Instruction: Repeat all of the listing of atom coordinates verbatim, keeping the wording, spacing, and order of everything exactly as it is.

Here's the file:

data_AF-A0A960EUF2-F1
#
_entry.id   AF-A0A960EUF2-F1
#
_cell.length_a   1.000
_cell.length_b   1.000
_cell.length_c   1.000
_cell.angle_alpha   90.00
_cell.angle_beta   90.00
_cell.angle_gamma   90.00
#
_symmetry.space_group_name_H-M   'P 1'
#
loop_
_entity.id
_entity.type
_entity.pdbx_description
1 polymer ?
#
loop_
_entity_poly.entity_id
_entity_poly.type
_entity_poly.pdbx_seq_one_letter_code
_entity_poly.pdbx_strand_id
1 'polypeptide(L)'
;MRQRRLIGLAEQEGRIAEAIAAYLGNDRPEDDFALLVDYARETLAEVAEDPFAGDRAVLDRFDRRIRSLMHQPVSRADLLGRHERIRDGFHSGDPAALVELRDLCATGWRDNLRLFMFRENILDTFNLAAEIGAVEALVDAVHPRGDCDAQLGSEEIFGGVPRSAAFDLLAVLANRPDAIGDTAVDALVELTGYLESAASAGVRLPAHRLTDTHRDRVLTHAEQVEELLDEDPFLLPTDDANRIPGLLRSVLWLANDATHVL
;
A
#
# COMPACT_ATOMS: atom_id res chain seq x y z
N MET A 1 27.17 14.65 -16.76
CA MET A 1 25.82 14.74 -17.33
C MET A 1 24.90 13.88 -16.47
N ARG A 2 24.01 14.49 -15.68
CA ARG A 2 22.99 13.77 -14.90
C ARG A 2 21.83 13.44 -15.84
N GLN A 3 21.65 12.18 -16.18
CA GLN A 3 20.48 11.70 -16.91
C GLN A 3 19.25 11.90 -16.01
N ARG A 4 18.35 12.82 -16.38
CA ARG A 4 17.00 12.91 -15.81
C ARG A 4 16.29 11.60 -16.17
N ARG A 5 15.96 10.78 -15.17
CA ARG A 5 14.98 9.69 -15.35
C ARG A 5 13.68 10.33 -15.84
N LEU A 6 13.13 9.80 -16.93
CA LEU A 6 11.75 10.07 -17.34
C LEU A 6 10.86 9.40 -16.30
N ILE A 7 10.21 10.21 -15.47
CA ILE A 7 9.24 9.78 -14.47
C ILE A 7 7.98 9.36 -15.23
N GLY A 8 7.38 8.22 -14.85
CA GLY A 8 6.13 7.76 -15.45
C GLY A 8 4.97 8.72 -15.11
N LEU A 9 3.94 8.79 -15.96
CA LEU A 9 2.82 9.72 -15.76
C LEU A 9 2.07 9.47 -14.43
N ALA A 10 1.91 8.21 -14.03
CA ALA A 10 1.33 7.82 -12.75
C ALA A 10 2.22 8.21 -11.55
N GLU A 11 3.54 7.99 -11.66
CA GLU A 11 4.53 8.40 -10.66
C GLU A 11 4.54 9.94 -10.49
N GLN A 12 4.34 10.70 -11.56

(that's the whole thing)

data_AF-A0A960EUF2-F1
#
_entry.id   AF-A0A960EUF2-F1
#
_cell.length_a   1.000
_cell.length_b   1.000
_cell.length_c   1.000
_cell.angle_alpha   90.00
_cell.angle_beta   90.00
_cell.angle_gamma   90.00
#
_symmetry.space_group_name_H-M   'P 1'
#
loop_
_entity.id
_entity.type
_entity.pdbx_description
1 polymer ?
#
loop_
_entity_poly.entity_id
_entity_poly.type
_entity_poly.pdbx_seq_one_letter_code
_entity_poly.pdbx_strand_id
1 'polypeptide(L)'
;MRQRRLIGLAEQEGRIAEAIAAYLGNDRPEDDFALLVDYARETLAEVAEDPFAGDRAVLDRFDRRIRSLMHQPVSRADLLGRHERIRDGFHSGDPAALVELRDLCATGWRDNLRLFMFRENILDTFNLAAEIGAVEALVDAVHPRGDCDAQLGSEEIFGGVPRSAAFDLLAVLANRPDAIGDTAVDALVELTGYLESAASAGVRLPAHRLTDTHRDRVLTHAEQVEELLDEDPFLLPTDDANRIPGLLRSVLWLANDATHVL
;
A
#
# COMPACT_ATOMS: atom_id res chain seq x y z
N MET A 1 27.17 14.65 -16.76
CA MET A 1 25.82 14.74 -17.33
C MET A 1 24.90 13.88 -16.47
N ARG A 2 24.01 14.49 -15.68
CA ARG A 2 22.99 13.77 -14.90
C ARG A 2 21.83 13.44 -15.84
N GLN A 3 21.65 12.18 -16.18
CA GLN A 3 20.48 11.70 -16.91
C GLN A 3 19.25 11.90 -16.01
N ARG A 4 18.35 12.82 -16.38
CA ARG A 4 17.00 12.91 -15.81
C ARG A 4 16.29 11.60 -16.17
N ARG A 5 15.96 10.78 -15.17
CA ARG A 5 14.98 9.69 -15.35
C ARG A 5 13.68 10.33 -15.84
N LEU A 6 13.13 9.80 -16.93
CA LEU A 6 11.75 10.07 -17.34
C LEU A 6 10.86 9.40 -16.30
N ILE A 7 10.21 10.21 -15.47
CA ILE A 7 9.24 9.78 -14.47
C ILE A 7 7.98 9.36 -15.23
N GLY A 8 7.38 8.22 -14.85
CA GLY A 8 6.13 7.76 -15.45
C GLY A 8 4.97 8.72 -15.11
N LEU A 9 3.94 8.79 -15.96
CA LEU A 9 2.82 9.72 -15.76
C LEU A 9 2.07 9.47 -14.43
N ALA A 10 1.91 8.21 -14.03
CA ALA A 10 1.33 7.82 -12.75
C ALA A 10 2.22 8.21 -11.55
N GLU A 11 3.54 7.99 -11.66
CA GLU A 11 4.53 8.40 -10.66
C GLU A 11 4.54 9.94 -10.49
N GLN A 12 4.34 10.70 -11.56